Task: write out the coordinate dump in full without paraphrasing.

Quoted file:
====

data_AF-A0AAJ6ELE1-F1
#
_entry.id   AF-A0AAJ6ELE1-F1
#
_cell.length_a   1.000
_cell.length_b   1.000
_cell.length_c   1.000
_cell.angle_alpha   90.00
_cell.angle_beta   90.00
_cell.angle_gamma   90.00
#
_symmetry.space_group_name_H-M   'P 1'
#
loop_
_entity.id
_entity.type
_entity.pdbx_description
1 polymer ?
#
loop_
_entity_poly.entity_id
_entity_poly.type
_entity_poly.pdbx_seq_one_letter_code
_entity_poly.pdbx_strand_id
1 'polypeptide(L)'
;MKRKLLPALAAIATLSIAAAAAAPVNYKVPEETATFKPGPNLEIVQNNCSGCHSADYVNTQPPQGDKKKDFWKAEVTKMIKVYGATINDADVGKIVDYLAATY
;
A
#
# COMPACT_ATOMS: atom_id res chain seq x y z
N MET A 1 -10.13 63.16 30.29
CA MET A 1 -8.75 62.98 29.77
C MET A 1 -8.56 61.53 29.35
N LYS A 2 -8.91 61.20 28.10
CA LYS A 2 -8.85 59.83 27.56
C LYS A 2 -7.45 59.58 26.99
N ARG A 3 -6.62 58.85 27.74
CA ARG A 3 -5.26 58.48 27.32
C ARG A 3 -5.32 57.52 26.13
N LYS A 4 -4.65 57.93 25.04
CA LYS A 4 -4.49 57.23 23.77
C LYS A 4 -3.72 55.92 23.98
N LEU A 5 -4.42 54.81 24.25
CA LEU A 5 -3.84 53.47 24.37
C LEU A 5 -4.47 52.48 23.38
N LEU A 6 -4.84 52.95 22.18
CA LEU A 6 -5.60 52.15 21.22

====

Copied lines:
data_AF-A0AAJ6ELE1-F1
#
_entry.id   AF-A0AAJ6ELE1-F1
#
_cell.length_a   1.000
_cell.length_b   1.000
_cell.length_c   1.000
_cell.angle_alpha   90.00
_cell.angle_beta   90.00
_cell.angle_gamma   90.00
#
_symmetry.space_group_name_H-M   'P 1'
#
loop_
_entity.id
_entity.type
_entity.pdbx_description
1 polymer ?
#
loop_
_entity_poly.entity_id
_entity_poly.type
_entity_poly.pdbx_seq_one_letter_code
_entity_poly.pdbx_strand_id
1 'polypeptide(L)'
;MKRKLLPALAAIATLSIAAAAAAPVNYKVPEETATFKPGPNLEIVQNNCSGCHSADYVNTQPPQGDKKKDFWKAEVTKMIKVYGATINDADVGKIVDYLAATY
;
A
#
# COMPACT_ATOMS: atom_id res chain seq x y z
N MET A 1 -10.13 63.16 30.29
CA MET A 1 -8.75 62.98 29.77
C MET A 1 -8.56 61.53 29.35
N LYS A 2 -8.91 61.20 28.10
CA LYS A 2 -8.85 59.83 27.56
C LYS A 2 -7.45 59.58 26.99
N ARG A 3 -6.62 58.85 27.74
CA ARG A 3 -5.26 58.48 27.32
C ARG A 3 -5.32 57.52 26.13
N LYS A 4 -4.65 57.93 25.04
CA LYS A 4 -4.49 57.23 23.77
C LYS A 4 -3.72 55.92 23.98
N LEU A 5 -4.42 54.81 24.25
CA LEU A 5 -3.84 53.47 24.37
C LEU A 5 -4.47 52.48 23.38
N LEU A 6 -4.84 52.95 22.18
CA LEU A 6 -5.60 52.15 21.22